Improving Learning Outcome of Schooling through Monitoring Implementation of the Curriculum: The South African Context
Located within the context of post-COVID-19, the paper focuses on interventions made to primary school education to mitigate the learning loss experienced during COVID-19. Prior to COVID-19, learning outcomes were compromised by a range of factors in school provisioning, including challenges related to infrastructure, teacher competence, school leadership and curriculum coverage. Through a national funded initiative, four project streams to improve the quality of teaching and learning were initiated. This paper reports on the curriculum recovery project stream wherein the recovery curriculum implemented during COVID-19 was reviewed for conceptual coherence and quality of curriculum delivery. Subject advisors employed by the Provincial Departments of Basic Education reported, using a quality assurance reporting framework, to report on two hundred primary schools across three Provinces of South Africa on the implementation of the recovery curriculum. Findings suggests that most schools were rated “needs improvement” on the majority of standards related to the delivery of the recovery curriculum. Reasons for such ratings included lack of support from school leaders, minimal support from curriculum specialist and very little opportunity for teachers to reflect on their teaching to the recovery curriculum plan. A concerning factor that impeded the implementation of the recovery curriculum is the inability of teachers to cover the entire curriculum as planned. The paper concludes with some conceptual engagement on post-human and new materialism constructs that explains some of the findings emerging from the reports on monitoring the implementation of the recovery curriculum.
C.P.Snow deplored the gulf between the “two cultures” of art and science a half-century ago; STEAM is gaining ground on STEM as (for example) the tech world embraces graphics. What about social science? Political actors have always used art (posters, songs, and literature) to advocate for policies, and particular works have been influential, as Alex Ross’ notable recent Wagnerism records. We find art, including plastic and performing arts, instrumental in analyzing and teaching policy analysis, and have exercised this perspective in teaching courses as varied as Arts and Cultural Policy, Public Management and Implementation, and our Introduction to Policy Analysis. The strong version of our claim, that we illustrate in the paper, is that policy analysis is incomplete without attention to what artists elucidate about how policy actually work: for example, that criminal justice policy analysis is improved by serious attention to Florestan’s aria in Fidelio. Edelman and Borins, among others, have examined the direct influence of the arts on political choice and action, but the direct use of art as a policy-analytic and teaching tool remains underexplored. Its utility lies at the core of learning: a scientific paper is read from beginning to end and its propositions are rooted in a single set of facts and popular discourse is similarly linear. But a painting, in contrast, is viewed both all over and from detail to detail; opera even allows more than one character (and the orchestra) to react differently and simultaneously to the same state of affairs.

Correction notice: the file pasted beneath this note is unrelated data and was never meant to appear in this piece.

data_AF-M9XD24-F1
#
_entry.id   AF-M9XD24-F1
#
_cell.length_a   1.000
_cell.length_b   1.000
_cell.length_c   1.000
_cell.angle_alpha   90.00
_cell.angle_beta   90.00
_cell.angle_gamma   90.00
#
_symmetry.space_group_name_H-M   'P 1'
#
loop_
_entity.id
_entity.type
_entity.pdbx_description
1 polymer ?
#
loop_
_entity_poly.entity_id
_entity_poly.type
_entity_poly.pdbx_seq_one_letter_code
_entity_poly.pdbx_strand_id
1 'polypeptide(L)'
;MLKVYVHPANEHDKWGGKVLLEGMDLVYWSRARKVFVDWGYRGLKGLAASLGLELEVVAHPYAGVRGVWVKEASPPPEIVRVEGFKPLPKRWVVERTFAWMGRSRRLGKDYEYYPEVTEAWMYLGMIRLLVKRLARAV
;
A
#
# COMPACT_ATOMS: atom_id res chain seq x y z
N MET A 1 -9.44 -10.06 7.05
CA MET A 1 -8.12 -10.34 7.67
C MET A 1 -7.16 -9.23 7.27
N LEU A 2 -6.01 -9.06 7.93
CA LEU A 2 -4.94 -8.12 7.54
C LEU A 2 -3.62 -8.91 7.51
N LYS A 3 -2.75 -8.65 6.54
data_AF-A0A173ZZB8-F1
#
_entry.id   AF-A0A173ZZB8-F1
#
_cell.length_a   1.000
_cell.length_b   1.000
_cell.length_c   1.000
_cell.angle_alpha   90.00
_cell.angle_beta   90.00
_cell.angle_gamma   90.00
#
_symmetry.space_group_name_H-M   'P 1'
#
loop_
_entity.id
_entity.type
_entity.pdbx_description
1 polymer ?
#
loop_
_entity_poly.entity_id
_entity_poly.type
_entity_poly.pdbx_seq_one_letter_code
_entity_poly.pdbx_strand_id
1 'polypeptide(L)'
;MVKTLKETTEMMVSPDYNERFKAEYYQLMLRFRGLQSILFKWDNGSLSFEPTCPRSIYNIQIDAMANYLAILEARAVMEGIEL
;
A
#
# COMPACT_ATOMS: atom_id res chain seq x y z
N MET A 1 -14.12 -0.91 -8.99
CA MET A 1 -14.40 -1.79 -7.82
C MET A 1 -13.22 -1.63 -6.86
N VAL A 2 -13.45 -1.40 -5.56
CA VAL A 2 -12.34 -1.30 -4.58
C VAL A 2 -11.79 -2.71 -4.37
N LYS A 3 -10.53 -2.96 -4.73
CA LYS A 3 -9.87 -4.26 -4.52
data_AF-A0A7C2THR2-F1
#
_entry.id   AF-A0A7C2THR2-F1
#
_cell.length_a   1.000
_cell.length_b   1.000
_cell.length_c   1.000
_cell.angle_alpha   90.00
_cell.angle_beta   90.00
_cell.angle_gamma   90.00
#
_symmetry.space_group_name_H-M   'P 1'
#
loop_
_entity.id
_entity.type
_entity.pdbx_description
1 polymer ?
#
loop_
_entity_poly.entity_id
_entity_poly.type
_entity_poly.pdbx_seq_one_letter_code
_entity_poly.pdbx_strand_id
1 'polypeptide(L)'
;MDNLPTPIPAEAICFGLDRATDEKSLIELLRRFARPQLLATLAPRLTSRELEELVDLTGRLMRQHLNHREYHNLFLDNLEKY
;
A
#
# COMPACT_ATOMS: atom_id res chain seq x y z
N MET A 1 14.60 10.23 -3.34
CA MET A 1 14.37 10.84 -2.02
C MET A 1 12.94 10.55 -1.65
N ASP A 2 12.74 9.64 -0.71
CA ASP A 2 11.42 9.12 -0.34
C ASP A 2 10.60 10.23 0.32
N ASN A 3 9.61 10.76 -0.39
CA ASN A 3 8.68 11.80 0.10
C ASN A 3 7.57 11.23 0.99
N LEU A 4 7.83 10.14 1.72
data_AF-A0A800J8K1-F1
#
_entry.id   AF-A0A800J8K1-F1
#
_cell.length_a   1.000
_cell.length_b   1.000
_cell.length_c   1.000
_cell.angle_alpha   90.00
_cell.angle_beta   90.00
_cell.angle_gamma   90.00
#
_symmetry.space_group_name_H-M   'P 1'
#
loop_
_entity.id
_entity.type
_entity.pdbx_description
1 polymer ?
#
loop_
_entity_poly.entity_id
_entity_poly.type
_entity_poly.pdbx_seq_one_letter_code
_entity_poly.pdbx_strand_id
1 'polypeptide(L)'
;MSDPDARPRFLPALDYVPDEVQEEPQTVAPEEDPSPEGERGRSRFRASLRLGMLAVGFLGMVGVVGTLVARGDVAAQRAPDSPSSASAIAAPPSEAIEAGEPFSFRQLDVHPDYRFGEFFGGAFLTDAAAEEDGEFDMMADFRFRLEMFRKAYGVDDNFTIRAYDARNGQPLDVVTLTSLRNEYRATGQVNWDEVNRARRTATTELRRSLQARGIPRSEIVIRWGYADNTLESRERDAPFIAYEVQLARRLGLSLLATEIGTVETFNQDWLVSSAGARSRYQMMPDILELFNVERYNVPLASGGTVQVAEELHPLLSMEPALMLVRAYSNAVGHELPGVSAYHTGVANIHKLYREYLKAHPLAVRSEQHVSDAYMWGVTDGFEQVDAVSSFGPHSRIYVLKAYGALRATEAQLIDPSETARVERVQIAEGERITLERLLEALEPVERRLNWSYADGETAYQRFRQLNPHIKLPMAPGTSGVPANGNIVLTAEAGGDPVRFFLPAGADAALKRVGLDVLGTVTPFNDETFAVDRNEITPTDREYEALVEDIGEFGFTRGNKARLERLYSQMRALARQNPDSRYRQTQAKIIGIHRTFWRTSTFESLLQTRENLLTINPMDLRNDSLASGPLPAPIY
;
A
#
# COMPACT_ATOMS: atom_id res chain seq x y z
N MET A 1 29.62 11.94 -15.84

Mapping the Offer of Teaching English to Young Learners in Four Brazilian States: Language Policies View Digital Media
This paper shares the results of a study developed in 2021, funded by the British Council, which focused on mapping the offer of teaching English to young learners (TEYL) in public schools in four Brazilian states (Espírito Santo, Goiás, Paraná, and São Paulo). In the first phase, data from 378 cities were gathered, through an online survey, regarding the number of classes, teacher education proposals, the use of teaching materials, and if the city had a teaching syllabus. In the second phase, the researchers analyzed teaching syllabuses to understand the concepts that guided the offer of TEYL in each city. Afterwards, participants (teachers and coordinators) were invited to an online focus group in which they shared their experiences and reflections on the challenges and opportunities of TEYL in their contexts. Based on the data from these phases, the researchers developed a guide that aims at presenting principles that should be considered in syllabus design. This document contributes with guidelines and issues that must be considered by authorities and professionals that intend to offer TEYL in their cities, either as a project or as part of their curriculum. It can also assist the decision making process in those places where TEYL is already a reality, which represent 70% of the cities surveyed. In this paper, we share the results of each state and highlight the parts of the guide that focus on language education, emphasizing the relevance of language policies for this context.